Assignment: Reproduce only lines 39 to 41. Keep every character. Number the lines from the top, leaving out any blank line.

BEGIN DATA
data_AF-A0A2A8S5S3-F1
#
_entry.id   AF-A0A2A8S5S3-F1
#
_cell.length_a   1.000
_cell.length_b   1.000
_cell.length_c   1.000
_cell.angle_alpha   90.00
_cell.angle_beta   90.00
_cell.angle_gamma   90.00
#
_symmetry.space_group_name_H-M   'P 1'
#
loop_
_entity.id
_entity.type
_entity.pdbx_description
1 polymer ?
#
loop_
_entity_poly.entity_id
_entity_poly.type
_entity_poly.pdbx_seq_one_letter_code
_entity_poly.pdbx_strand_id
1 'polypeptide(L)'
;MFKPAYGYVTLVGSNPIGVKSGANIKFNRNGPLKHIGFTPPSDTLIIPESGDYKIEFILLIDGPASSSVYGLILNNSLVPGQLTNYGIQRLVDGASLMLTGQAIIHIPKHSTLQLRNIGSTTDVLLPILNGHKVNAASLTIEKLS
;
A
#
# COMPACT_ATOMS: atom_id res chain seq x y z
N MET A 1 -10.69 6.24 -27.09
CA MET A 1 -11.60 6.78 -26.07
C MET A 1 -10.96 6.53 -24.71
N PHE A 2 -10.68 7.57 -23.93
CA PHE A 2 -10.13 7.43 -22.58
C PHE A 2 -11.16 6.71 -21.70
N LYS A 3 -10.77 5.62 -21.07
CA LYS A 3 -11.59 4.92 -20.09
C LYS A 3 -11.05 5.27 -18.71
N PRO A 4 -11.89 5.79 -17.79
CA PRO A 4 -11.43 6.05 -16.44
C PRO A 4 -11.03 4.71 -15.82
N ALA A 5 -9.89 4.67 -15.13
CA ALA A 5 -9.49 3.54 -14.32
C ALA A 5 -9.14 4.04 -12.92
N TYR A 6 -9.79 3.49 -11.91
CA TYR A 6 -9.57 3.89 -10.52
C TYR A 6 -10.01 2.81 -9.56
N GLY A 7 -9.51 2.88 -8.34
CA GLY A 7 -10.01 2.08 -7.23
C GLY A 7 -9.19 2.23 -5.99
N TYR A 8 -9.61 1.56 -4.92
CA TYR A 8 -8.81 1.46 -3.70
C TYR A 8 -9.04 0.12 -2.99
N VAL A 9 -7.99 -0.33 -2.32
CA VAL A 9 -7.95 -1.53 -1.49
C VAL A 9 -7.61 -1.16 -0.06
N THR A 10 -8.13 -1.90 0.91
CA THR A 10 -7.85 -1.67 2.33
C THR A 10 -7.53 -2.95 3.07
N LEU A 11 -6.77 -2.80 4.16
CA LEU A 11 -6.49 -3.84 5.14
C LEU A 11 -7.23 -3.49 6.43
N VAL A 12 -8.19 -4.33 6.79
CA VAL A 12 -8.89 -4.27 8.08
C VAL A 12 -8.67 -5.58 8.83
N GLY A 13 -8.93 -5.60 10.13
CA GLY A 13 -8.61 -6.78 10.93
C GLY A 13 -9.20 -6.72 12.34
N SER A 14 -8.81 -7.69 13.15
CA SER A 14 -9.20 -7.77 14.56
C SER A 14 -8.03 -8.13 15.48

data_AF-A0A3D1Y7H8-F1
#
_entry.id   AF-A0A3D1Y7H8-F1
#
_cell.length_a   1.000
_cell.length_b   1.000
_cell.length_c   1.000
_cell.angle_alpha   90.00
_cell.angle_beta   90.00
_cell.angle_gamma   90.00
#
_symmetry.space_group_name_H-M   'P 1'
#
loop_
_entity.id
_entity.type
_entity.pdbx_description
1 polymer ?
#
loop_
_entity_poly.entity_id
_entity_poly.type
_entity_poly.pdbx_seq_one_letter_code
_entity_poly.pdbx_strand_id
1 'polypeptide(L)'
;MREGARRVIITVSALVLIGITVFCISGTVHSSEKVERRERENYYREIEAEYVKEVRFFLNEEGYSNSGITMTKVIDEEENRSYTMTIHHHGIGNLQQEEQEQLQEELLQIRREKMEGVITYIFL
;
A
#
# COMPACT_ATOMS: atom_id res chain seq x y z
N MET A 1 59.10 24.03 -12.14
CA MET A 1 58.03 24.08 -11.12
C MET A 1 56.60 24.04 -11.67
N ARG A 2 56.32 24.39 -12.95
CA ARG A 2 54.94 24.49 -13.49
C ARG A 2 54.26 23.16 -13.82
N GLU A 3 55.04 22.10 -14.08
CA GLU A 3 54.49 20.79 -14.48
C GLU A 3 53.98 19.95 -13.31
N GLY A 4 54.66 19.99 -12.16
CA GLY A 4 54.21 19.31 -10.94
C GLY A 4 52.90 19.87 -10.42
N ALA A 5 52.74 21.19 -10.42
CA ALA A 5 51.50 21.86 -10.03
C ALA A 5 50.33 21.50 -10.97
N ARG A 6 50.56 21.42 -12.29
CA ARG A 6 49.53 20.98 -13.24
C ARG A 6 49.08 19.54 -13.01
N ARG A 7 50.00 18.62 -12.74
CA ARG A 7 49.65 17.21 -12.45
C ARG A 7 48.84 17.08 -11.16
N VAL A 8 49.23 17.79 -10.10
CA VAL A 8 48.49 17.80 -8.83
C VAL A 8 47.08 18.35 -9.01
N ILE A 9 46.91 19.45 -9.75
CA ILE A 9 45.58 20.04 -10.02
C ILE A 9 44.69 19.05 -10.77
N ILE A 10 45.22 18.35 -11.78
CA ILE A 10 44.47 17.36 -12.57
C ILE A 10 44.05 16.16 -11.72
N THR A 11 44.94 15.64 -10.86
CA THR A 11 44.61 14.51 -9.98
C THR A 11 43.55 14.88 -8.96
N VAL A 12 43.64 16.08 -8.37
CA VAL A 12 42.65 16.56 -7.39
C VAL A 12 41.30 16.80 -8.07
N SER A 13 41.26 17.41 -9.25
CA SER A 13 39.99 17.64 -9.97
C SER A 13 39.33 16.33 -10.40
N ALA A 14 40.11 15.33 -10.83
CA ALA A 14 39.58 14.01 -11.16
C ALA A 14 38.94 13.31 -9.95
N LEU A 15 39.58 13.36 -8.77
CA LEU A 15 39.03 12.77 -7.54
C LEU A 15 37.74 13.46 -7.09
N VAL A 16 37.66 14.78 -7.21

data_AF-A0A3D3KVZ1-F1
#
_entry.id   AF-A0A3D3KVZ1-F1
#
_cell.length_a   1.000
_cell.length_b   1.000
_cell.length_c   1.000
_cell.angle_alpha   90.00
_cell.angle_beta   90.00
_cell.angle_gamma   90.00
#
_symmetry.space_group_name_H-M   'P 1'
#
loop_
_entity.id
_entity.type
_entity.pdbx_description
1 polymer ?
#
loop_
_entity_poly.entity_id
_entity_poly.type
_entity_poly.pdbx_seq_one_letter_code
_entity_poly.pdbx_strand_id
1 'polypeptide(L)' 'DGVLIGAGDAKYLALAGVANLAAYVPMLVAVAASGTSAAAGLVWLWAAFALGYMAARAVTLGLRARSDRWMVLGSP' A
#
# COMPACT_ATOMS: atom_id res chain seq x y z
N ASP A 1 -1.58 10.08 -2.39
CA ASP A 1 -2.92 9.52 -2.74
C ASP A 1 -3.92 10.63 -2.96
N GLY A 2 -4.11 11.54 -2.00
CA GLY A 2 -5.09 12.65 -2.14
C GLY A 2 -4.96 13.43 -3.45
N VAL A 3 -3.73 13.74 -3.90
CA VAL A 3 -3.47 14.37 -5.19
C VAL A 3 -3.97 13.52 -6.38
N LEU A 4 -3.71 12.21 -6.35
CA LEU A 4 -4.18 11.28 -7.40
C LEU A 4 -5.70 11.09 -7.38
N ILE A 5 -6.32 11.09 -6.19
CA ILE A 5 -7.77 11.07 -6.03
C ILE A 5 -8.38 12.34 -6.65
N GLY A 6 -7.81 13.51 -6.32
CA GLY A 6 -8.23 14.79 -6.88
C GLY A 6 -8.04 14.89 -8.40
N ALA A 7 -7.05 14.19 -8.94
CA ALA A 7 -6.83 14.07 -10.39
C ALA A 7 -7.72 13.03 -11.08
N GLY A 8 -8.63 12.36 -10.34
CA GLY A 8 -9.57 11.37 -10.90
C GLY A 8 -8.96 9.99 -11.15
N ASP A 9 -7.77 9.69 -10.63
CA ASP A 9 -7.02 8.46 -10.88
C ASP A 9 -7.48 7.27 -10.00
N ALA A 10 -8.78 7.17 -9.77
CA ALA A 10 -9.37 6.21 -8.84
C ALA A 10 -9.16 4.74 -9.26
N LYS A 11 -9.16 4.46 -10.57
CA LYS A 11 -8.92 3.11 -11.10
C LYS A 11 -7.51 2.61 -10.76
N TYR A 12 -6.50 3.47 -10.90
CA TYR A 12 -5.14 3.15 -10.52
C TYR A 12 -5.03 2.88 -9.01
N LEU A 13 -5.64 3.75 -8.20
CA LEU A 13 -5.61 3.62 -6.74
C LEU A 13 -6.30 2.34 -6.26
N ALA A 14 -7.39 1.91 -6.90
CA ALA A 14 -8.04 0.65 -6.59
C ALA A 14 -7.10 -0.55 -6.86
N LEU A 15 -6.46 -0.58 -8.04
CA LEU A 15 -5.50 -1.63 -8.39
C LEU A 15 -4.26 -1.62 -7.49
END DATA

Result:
C LYS A 3 -11.05 5.27 -18.71
N PRO A 4 -11.89 5.79 -17.79
CA PRO A 4 -11.43 6.05 -16.44